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Callum

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Re: OS to stop routine printing of paper maps?
« Reply #4 on: March 31, 2014, 01:24:59 PM »
He now writes for The Telegraph ;)

Jester

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Re: OS to stop routine printing of paper maps?
« Reply #5 on: March 31, 2014, 07:45:15 PM »
He now writes for The Telegraph ;)
Nice one. Good to hear this isn't going to happen.
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Lyle Brotherton

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Re: OS to stop routine printing of paper maps?
« Reply #6 on: April 02, 2014, 09:38:40 AM »
I have been thinking back to my dealings with Ordnance Survey about providing OS mapping FOC to MRT’s, when I met with Dr. Vanessa Lawrence, the Director General of Ordnance Survey and remember that she was firm in her commitment to the continued development of their printed maps - a quiet media day for The Telegraph perhaps?
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Hugh Westacott

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Re: OS to stop routine printing of paper maps?
« Reply #7 on: April 02, 2014, 07:35:20 PM »
It is possible that there have been discussions within the Ordnance Survey about the possibility of phasing out paper maps sometime in the future, and, a journalist has inflated their importance and drawn the wrong conclusions. After all, with the ever-increasing sophistication of print-on-demand-techniques it is easy to imagine that one day every corner shop would be ale to print out a paper map.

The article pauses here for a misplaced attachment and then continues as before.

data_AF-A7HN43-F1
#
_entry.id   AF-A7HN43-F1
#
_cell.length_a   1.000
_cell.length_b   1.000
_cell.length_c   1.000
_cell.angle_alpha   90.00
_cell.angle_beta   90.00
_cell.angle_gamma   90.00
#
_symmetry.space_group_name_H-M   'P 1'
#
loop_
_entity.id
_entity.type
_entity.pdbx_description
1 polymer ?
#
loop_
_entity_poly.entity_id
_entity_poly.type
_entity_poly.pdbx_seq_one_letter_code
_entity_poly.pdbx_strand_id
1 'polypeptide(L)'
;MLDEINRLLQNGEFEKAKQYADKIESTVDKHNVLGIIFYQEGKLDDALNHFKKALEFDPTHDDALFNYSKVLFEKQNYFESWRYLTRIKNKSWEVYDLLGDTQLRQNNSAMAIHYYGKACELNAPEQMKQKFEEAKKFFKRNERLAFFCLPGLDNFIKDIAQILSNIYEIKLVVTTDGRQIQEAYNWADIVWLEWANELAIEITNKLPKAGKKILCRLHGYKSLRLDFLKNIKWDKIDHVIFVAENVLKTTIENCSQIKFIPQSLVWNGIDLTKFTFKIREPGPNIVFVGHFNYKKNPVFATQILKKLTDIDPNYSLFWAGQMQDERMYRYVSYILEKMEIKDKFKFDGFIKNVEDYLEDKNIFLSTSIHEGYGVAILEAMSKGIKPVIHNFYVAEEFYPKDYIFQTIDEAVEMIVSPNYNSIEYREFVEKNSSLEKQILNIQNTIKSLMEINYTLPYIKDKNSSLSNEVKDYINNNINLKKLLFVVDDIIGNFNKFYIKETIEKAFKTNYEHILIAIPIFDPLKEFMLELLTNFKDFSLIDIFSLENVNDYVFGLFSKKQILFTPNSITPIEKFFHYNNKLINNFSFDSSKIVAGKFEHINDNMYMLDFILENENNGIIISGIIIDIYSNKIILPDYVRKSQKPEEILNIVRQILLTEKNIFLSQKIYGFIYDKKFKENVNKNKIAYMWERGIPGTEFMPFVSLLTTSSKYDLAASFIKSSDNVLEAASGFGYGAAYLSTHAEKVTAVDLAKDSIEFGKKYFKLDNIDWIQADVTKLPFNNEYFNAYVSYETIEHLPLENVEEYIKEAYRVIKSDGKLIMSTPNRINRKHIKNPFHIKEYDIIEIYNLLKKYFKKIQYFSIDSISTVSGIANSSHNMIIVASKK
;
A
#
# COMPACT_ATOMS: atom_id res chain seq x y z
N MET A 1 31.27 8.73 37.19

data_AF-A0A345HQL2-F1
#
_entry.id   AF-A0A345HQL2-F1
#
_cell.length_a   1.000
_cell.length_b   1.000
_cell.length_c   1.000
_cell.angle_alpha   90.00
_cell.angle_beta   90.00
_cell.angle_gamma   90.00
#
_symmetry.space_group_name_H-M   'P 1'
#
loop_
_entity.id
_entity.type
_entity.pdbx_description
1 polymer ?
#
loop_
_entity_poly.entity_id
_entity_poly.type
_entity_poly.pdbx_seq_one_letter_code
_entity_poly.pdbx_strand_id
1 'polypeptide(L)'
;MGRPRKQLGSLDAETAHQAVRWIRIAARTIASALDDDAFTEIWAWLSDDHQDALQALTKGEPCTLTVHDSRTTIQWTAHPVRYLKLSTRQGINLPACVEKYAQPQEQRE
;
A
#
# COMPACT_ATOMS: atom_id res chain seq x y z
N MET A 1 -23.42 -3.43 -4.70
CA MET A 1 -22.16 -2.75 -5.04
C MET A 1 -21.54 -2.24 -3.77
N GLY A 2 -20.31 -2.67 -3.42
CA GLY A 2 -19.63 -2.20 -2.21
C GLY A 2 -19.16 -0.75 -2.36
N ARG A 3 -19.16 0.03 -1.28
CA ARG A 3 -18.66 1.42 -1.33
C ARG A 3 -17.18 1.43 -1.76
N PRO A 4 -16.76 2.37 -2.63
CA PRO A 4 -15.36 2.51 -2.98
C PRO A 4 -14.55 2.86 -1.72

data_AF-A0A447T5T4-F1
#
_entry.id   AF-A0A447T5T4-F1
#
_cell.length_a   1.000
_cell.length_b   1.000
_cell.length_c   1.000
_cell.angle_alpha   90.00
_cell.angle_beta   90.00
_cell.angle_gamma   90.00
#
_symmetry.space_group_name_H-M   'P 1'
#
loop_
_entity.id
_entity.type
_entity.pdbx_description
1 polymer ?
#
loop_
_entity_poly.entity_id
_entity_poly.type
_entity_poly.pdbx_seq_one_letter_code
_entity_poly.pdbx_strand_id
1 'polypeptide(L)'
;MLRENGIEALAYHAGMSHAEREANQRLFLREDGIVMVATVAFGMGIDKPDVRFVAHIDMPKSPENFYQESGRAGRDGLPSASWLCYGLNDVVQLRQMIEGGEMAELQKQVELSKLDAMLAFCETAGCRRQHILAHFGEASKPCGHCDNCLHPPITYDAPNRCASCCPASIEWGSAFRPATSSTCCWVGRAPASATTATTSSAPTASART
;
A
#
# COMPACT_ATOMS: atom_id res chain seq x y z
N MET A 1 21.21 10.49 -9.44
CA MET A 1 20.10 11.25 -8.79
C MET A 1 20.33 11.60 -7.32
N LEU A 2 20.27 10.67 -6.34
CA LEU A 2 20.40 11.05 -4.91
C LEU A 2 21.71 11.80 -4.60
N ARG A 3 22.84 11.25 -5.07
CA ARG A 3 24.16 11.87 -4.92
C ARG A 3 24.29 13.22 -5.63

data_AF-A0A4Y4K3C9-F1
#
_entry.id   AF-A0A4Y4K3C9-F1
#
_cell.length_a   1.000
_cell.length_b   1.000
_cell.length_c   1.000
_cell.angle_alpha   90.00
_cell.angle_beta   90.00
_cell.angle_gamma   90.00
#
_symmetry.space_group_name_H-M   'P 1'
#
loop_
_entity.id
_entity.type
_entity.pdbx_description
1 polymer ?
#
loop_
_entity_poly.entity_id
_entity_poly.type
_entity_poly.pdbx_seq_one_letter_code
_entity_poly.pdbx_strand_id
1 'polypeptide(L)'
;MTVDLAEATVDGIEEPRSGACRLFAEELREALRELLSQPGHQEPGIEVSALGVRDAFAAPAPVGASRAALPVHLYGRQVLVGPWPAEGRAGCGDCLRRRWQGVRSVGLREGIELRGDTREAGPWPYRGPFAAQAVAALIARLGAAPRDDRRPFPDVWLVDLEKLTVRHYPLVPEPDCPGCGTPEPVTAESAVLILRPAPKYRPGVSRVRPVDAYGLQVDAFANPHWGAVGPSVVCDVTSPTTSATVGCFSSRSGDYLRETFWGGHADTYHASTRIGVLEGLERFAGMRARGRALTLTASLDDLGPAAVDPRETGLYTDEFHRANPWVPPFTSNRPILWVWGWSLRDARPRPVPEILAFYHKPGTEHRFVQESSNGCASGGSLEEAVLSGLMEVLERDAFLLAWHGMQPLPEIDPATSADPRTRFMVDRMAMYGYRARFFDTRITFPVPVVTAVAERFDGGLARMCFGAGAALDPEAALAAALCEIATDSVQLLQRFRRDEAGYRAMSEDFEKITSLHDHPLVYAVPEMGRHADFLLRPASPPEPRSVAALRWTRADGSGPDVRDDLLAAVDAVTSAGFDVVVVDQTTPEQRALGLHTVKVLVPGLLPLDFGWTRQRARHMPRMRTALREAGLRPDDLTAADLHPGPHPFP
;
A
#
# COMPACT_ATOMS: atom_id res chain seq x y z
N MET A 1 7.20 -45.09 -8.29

Hugh

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Callum

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Re: OS to stop routine printing of paper maps?
« Reply #8 on: April 03, 2014, 02:06:22 PM »
I am sure that you are right Hugh. We recently bought an HP Designjet T520 for the Centre which prints with up to 610mm, perfect for maps and its print quality is excellent. Only a few years ago this type of big printer would have been outside our financial reach. 

Lost Soul

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Re: OS to stop routine printing of paper maps?
« Reply #9 on: April 04, 2014, 11:16:42 AM »
Just a thought on home printing.  OS Maps are basically printed on paper.  Ink used etc ensures that if the map gets wet it is still readable.  Of course to mitigate on that issue we buy laminated maps.

Most printers we buy are of the ink jet variety - a water based ink.  Paper gets wet ink runs very quickly indeed, all unreadable.  How do we laminate home printed maps?  Only way your home printed ink jet map wont run if wet is to print it on Memory Maps Tough Print Paper.  Its waterproof, and believe me it does what it says on the tin.  But it is very expensive.  And as far as I know is only available in A4 size.